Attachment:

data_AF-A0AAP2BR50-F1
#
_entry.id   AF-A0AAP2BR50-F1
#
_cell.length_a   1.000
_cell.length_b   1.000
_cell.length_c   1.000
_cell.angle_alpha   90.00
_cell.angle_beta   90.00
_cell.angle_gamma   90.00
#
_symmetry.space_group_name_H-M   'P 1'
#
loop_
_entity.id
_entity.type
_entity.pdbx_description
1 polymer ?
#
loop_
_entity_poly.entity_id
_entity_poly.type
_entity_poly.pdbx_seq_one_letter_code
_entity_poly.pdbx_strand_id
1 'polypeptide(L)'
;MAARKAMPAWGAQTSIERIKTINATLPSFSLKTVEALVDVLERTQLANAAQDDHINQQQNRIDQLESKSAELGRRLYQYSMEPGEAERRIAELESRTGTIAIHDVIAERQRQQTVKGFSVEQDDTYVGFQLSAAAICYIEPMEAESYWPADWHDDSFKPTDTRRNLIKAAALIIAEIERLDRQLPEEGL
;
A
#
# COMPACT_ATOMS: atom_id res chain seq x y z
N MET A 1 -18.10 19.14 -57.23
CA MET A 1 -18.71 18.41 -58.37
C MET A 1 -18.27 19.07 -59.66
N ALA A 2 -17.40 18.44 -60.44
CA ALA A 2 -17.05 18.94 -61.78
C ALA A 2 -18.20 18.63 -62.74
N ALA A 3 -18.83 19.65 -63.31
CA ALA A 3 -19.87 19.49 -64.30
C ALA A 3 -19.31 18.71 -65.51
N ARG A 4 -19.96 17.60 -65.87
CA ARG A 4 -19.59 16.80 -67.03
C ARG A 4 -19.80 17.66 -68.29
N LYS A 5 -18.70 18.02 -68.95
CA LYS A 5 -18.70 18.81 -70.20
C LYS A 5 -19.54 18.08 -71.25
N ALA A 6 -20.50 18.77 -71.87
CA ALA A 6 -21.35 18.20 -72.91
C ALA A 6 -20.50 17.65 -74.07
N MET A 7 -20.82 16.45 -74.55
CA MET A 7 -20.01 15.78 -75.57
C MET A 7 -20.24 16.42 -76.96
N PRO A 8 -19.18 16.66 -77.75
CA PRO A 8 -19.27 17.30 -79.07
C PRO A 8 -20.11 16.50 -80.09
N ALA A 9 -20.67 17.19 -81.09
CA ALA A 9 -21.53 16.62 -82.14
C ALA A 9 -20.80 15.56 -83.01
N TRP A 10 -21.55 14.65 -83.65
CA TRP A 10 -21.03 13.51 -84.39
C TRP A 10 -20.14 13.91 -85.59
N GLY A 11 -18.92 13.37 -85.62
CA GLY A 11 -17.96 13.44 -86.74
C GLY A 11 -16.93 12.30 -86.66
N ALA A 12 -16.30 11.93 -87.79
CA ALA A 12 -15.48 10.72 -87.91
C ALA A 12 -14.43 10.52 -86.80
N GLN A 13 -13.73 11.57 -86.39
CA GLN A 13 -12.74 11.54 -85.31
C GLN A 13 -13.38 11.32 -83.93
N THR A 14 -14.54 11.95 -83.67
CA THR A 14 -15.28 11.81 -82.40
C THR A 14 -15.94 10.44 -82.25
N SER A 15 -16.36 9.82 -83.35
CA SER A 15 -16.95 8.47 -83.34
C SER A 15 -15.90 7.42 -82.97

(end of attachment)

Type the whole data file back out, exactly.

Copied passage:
data_AF-A0AAP2BR50-F1
#
_entry.id   AF-A0AAP2BR50-F1
#
_cell.length_a   1.000
_cell.length_b   1.000
_cell.length_c   1.000
_cell.angle_alpha   90.00
_cell.angle_beta   90.00
_cell.angle_gamma   90.00
#
_symmetry.space_group_name_H-M   'P 1'
#
loop_
_entity.id
_entity.type
_entity.pdbx_description
1 polymer ?
#
loop_
_entity_poly.entity_id
_entity_poly.type
_entity_poly.pdbx_seq_one_letter_code
_entity_poly.pdbx_strand_id
1 'polypeptide(L)'
;MAARKAMPAWGAQTSIERIKTINATLPSFSLKTVEALVDVLERTQLANAAQDDHINQQQNRIDQLESKSAELGRRLYQYSMEPGEAERRIAELESRTGTIAIHDVIAERQRQQTVKGFSVEQDDTYVGFQLSAAAICYIEPMEAESYWPADWHDDSFKPTDTRRNLIKAAALIIAEIERLDRQLPEEGL
;
A
#
# COMPACT_ATOMS: atom_id res chain seq x y z
N MET A 1 -18.10 19.14 -57.23
CA MET A 1 -18.71 18.41 -58.37
C MET A 1 -18.27 19.07 -59.66
N ALA A 2 -17.40 18.44 -60.44
CA ALA A 2 -17.05 18.94 -61.78
C ALA A 2 -18.20 18.63 -62.74
N ALA A 3 -18.83 19.65 -63.31
CA ALA A 3 -19.87 19.49 -64.30
C ALA A 3 -19.31 18.71 -65.51
N ARG A 4 -19.96 17.60 -65.87
CA ARG A 4 -19.59 16.80 -67.03
C ARG A 4 -19.80 17.66 -68.29
N LYS A 5 -18.70 18.02 -68.95
CA LYS A 5 -18.70 18.81 -70.20
C LYS A 5 -19.54 18.08 -71.25
N ALA A 6 -20.50 18.77 -71.87
CA ALA A 6 -21.35 18.20 -72.91
C ALA A 6 -20.50 17.65 -74.07
N MET A 7 -20.82 16.45 -74.55
CA MET A 7 -20.01 15.78 -75.57
C MET A 7 -20.24 16.42 -76.96
N PRO A 8 -19.18 16.66 -77.75
CA PRO A 8 -19.27 17.30 -79.07
C PRO A 8 -20.11 16.50 -80.09
N ALA A 9 -20.67 17.19 -81.09
CA ALA A 9 -21.53 16.62 -82.14
C ALA A 9 -20.80 15.56 -83.01
N TRP A 10 -21.55 14.65 -83.65
CA TRP A 10 -21.03 13.51 -84.39
C TRP A 10 -20.14 13.91 -85.59
N GLY A 11 -18.92 13.37 -85.62
CA GLY A 11 -17.96 13.44 -86.74
C GLY A 11 -16.93 12.30 -86.66
N ALA A 12 -16.30 11.93 -87.79
CA ALA A 12 -15.48 10.72 -87.91
C ALA A 12 -14.43 10.52 -86.80
N GLN A 13 -13.73 11.57 -86.39
CA GLN A 13 -12.74 11.54 -85.31
C GLN A 13 -13.38 11.32 -83.93
N THR A 14 -14.54 11.95 -83.67
CA THR A 14 -15.28 11.81 -82.40
C THR A 14 -15.94 10.44 -82.25
N SER A 15 -16.36 9.82 -83.35
CA SER A 15 -16.95 8.47 -83.34
C SER A 15 -15.90 7.42 -82.97